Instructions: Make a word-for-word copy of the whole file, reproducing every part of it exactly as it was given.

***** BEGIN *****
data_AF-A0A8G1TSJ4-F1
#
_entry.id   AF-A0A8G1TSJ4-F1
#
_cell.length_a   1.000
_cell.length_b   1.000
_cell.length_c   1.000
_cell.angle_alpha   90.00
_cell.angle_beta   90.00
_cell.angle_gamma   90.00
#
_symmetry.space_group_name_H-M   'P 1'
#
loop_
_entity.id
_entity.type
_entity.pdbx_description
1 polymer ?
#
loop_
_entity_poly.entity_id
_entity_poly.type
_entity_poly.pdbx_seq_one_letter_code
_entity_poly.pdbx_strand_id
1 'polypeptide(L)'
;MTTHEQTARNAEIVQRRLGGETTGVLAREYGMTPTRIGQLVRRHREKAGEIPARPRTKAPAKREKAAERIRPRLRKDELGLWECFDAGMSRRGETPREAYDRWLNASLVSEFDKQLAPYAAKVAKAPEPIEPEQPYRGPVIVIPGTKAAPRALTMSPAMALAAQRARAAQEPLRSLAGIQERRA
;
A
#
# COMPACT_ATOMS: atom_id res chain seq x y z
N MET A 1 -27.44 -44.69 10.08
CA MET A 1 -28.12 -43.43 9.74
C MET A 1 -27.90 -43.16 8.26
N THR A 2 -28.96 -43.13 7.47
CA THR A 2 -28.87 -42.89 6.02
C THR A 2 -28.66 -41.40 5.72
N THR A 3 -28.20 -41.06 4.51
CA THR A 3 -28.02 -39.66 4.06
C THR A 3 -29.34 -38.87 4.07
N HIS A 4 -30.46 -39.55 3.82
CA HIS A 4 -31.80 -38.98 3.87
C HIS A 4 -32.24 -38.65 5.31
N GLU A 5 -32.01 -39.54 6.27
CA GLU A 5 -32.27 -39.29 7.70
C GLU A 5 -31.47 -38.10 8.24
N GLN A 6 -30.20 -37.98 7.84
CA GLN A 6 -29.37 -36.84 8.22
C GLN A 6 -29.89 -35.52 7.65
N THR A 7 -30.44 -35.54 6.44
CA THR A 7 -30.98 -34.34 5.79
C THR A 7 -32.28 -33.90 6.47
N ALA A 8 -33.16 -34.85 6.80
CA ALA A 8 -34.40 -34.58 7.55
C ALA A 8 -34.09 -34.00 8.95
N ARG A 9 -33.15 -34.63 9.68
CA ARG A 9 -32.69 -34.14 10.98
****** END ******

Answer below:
data_AF-A0A8G1TSJ4-F1
#
_entry.id   AF-A0A8G1TSJ4-F1
#
_cell.length_a   1.000
_cell.length_b   1.000
_cell.length_c   1.000
_cell.angle_alpha   90.00
_cell.angle_beta   90.00
_cell.angle_gamma   90.00
#
_symmetry.space_group_name_H-M   'P 1'
#
loop_
_entity.id
_entity.type
_entity.pdbx_description
1 polymer ?
#
loop_
_entity_poly.entity_id
_entity_poly.type
_entity_poly.pdbx_seq_one_letter_code
_entity_poly.pdbx_strand_id
1 'polypeptide(L)'
;MTTHEQTARNAEIVQRRLGGETTGVLAREYGMTPTRIGQLVRRHREKAGEIPARPRTKAPAKREKAAERIRPRLRKDELGLWECFDAGMSRRGETPREAYDRWLNASLVSEFDKQLAPYAAKVAKAPEPIEPEQPYRGPVIVIPGTKAAPRALTMSPAMALAAQRARAAQEPLRSLAGIQERRA
;
A
#
# COMPACT_ATOMS: atom_id res chain seq x y z
N MET A 1 -27.44 -44.69 10.08
CA MET A 1 -28.12 -43.43 9.74
C MET A 1 -27.90 -43.16 8.26
N THR A 2 -28.96 -43.13 7.47
CA THR A 2 -28.87 -42.89 6.02
C THR A 2 -28.66 -41.40 5.72
N THR A 3 -28.20 -41.06 4.51
CA THR A 3 -28.02 -39.66 4.06
C THR A 3 -29.34 -38.87 4.07
N HIS A 4 -30.46 -39.55 3.82
CA HIS A 4 -31.80 -38.98 3.87
C HIS A 4 -32.24 -38.65 5.31
N GLU A 5 -32.01 -39.54 6.27
CA GLU A 5 -32.27 -39.29 7.70
C GLU A 5 -31.47 -38.10 8.24
N GLN A 6 -30.20 -37.98 7.84
CA GLN A 6 -29.37 -36.84 8.22
C GLN A 6 -29.89 -35.52 7.65
N THR A 7 -30.44 -35.54 6.44
CA THR A 7 -30.98 -34.34 5.79
C THR A 7 -32.28 -33.90 6.47
N ALA A 8 -33.16 -34.85 6.80
CA ALA A 8 -34.40 -34.58 7.55
C ALA A 8 -34.09 -34.00 8.95
N ARG A 9 -33.15 -34.63 9.68
CA ARG A 9 -32.69 -34.14 10.98